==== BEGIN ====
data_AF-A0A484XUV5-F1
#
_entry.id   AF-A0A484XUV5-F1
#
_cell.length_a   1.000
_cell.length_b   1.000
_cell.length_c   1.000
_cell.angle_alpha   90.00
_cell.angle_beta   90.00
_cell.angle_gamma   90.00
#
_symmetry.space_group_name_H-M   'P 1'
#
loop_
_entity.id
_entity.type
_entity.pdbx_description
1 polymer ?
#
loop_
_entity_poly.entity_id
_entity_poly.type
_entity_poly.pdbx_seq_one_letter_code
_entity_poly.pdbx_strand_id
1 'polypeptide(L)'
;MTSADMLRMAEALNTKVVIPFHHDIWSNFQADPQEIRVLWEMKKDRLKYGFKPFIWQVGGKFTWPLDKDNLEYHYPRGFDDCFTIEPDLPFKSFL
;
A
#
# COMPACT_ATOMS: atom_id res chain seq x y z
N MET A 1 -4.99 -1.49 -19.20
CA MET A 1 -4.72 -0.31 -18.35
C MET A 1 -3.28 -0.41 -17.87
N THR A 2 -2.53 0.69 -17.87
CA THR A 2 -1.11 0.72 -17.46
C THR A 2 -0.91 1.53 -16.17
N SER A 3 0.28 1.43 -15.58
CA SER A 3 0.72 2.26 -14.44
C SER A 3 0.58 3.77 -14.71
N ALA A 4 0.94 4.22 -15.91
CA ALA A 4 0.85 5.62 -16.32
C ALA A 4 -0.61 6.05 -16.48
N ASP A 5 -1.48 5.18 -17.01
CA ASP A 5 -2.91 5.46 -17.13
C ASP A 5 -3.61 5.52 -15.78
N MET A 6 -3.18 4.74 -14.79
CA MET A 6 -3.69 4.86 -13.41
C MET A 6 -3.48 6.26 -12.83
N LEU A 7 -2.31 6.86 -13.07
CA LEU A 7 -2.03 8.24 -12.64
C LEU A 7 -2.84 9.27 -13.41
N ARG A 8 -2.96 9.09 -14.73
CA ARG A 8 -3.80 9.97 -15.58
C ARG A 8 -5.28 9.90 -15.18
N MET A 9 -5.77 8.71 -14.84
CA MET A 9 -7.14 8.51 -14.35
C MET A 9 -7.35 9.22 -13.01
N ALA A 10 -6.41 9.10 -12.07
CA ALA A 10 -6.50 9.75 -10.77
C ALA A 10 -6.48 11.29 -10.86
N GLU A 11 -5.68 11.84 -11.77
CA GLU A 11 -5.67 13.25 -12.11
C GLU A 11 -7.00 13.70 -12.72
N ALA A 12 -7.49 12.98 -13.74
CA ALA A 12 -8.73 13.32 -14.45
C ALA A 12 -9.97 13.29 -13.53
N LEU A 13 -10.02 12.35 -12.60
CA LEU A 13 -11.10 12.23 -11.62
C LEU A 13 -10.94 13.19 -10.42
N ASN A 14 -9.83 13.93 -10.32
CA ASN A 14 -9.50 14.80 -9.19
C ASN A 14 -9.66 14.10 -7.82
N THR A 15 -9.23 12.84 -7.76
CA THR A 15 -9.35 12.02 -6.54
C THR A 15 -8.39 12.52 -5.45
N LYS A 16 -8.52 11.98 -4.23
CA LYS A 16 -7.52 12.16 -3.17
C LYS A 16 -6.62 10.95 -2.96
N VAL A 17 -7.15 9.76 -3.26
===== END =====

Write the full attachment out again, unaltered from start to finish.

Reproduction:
data_AF-A0A484XUV5-F1
#
_entry.id   AF-A0A484XUV5-F1
#
_cell.length_a   1.000
_cell.length_b   1.000
_cell.length_c   1.000
_cell.angle_alpha   90.00
_cell.angle_beta   90.00
_cell.angle_gamma   90.00
#
_symmetry.space_group_name_H-M   'P 1'
#
loop_
_entity.id
_entity.type
_entity.pdbx_description
1 polymer ?
#
loop_
_entity_poly.entity_id
_entity_poly.type
_entity_poly.pdbx_seq_one_letter_code
_entity_poly.pdbx_strand_id
1 'polypeptide(L)'
;MTSADMLRMAEALNTKVVIPFHHDIWSNFQADPQEIRVLWEMKKDRLKYGFKPFIWQVGGKFTWPLDKDNLEYHYPRGFDDCFTIEPDLPFKSFL
;
A
#
# COMPACT_ATOMS: atom_id res chain seq x y z
N MET A 1 -4.99 -1.49 -19.20
CA MET A 1 -4.72 -0.31 -18.35
C MET A 1 -3.28 -0.41 -17.87
N THR A 2 -2.53 0.69 -17.87
CA THR A 2 -1.11 0.72 -17.46
C THR A 2 -0.91 1.53 -16.17
N SER A 3 0.28 1.43 -15.58
CA SER A 3 0.72 2.26 -14.44
C SER A 3 0.58 3.77 -14.71
N ALA A 4 0.94 4.22 -15.91
CA ALA A 4 0.85 5.62 -16.32
C ALA A 4 -0.61 6.05 -16.48
N ASP A 5 -1.48 5.18 -17.01
CA ASP A 5 -2.91 5.46 -17.13
C ASP A 5 -3.61 5.52 -15.78
N MET A 6 -3.18 4.74 -14.79
CA MET A 6 -3.69 4.86 -13.41
C MET A 6 -3.48 6.26 -12.83
N LEU A 7 -2.31 6.86 -13.07
CA LEU A 7 -2.03 8.24 -12.64
C LEU A 7 -2.84 9.27 -13.41
N ARG A 8 -2.96 9.09 -14.73
CA ARG A 8 -3.80 9.97 -15.58
C ARG A 8 -5.28 9.90 -15.18
N MET A 9 -5.77 8.71 -14.84
CA MET A 9 -7.14 8.51 -14.35
C MET A 9 -7.35 9.22 -13.01
N ALA A 10 -6.41 9.10 -12.07
CA ALA A 10 -6.50 9.75 -10.77
C ALA A 10 -6.48 11.29 -10.86
N GLU A 11 -5.68 11.84 -11.77
CA GLU A 11 -5.67 13.25 -12.11
C GLU A 11 -7.00 13.70 -12.72
N ALA A 12 -7.49 12.98 -13.74
CA ALA A 12 -8.73 13.32 -14.45
C ALA A 12 -9.97 13.29 -13.53
N LEU A 13 -10.02 12.35 -12.60
CA LEU A 13 -11.10 12.23 -11.62
C LEU A 13 -10.94 13.19 -10.42
N ASN A 14 -9.83 13.93 -10.32
CA ASN A 14 -9.50 14.80 -9.19
C ASN A 14 -9.66 14.10 -7.82
N THR A 15 -9.23 12.84 -7.76
CA THR A 15 -9.35 12.02 -6.54
C THR A 15 -8.39 12.52 -5.45
N LYS A 16 -8.52 11.98 -4.23
CA LYS A 16 -7.52 12.16 -3.17
C LYS A 16 -6.62 10.95 -2.96
N VAL A 17 -7.15 9.76 -3.26